- tables that are not published at a given level of detail, because most of the estimates would be highly unreliable in terms of sampling errors, need to be released to users with appropriate indications of the sampling errors. Greater caution should be exercised in releasing data that are subject to serious biases when the data have not been published.
all publications and releases should include a statement about data quality and methodology. In most cases this will be guidance to where comprehensive information can be obtained.

50 Providing access to unit record data needs to be done consistent with confidentiality undertakings as well as respondent and public expectations. The Statistics Act sets outs conditions under which individual responses conducted under the Act can be disclosed for statistical purposes. To maintain respondent and public co-operation these conditions should be followed for all official surveys.


Provide access to unit record data consistent with confidentiality undertakings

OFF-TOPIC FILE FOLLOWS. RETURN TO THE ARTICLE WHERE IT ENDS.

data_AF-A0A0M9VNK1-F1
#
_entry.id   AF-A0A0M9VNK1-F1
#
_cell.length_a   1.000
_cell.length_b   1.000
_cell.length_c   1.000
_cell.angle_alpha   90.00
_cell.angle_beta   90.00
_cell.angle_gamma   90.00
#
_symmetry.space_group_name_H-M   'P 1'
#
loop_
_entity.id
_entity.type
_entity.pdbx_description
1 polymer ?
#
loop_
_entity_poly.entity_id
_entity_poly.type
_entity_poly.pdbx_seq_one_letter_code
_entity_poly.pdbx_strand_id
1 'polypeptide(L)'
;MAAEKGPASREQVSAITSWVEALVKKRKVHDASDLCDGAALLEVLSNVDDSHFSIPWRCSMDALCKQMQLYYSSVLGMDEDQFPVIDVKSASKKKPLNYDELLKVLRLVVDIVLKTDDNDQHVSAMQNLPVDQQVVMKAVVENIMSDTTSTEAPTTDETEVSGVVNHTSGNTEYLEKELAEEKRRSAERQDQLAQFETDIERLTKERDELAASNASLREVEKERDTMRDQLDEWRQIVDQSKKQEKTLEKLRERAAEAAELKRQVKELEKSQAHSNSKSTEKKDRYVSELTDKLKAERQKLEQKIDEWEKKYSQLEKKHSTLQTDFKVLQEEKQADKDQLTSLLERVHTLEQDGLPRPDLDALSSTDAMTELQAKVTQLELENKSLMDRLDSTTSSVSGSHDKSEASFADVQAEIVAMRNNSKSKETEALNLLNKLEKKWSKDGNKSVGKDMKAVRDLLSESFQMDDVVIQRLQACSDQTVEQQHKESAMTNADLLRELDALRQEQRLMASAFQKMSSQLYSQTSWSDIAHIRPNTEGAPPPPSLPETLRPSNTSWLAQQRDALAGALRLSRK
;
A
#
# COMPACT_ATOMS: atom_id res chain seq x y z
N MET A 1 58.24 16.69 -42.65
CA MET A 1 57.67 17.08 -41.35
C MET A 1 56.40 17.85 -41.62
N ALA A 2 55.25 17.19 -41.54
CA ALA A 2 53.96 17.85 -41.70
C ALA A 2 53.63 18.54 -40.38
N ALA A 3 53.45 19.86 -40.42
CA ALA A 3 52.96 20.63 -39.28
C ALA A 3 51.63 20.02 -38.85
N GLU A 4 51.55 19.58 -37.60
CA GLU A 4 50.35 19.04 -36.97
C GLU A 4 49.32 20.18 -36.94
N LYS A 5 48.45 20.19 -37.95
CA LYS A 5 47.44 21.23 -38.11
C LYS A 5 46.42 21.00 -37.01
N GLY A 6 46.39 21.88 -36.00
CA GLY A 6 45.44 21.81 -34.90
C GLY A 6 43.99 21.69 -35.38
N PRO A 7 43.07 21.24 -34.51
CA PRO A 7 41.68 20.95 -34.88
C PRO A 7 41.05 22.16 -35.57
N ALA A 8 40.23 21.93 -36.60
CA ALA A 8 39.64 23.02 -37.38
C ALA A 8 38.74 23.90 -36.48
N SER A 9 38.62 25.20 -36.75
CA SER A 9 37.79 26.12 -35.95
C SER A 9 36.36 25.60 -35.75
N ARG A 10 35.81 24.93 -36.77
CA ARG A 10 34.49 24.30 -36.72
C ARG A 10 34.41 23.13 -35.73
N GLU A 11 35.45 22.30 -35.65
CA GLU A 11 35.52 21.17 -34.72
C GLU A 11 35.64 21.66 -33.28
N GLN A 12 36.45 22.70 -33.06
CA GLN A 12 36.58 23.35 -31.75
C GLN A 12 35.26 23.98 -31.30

In more detail, the required elements are

- remove names and addresses
- use the data only for statistical purposes
- all persons accessing the data should sign a declaration of secrecy
- any published material must not divulge identifiable information
- provide access on premises in preference to releasing the file
- any file released should be stored securely and returned when research finished

51 There are often trade-offs that need to be made when making decisions about quality, what to publish and when. Usually the trade-offs are between accuracy, timeliness and cost, but can also be between using standards to make outputs more widely usable and tailoring outputs to meet specific needs of key users.

52 The classic trade-off is between timeliness and accuracy. Users understandably want statistics as soon as possible, particularly if the statistics are needed to monitor time-sensitive policy issues. However, for the statistics to be useful for decision making, they need to be accurate, and accurate statistics take time to compile. The traditional approach is to release broad detail statistics first, followed by a series of more detailed releases based on more complete responses and analyses.

53 Doing this, however, can result in revisions if later releases are based on more complete responses. Revisions which do not significantly improve the quality of decision making based on the data can be more of a hindrance than a quality improvement. Furthermore, regular unexpected revisions which do not significantly improve the quality of data can result in loss of confidence in the statistics and the producer. However, errors in published data which can mislead should be corrected as soon as possible.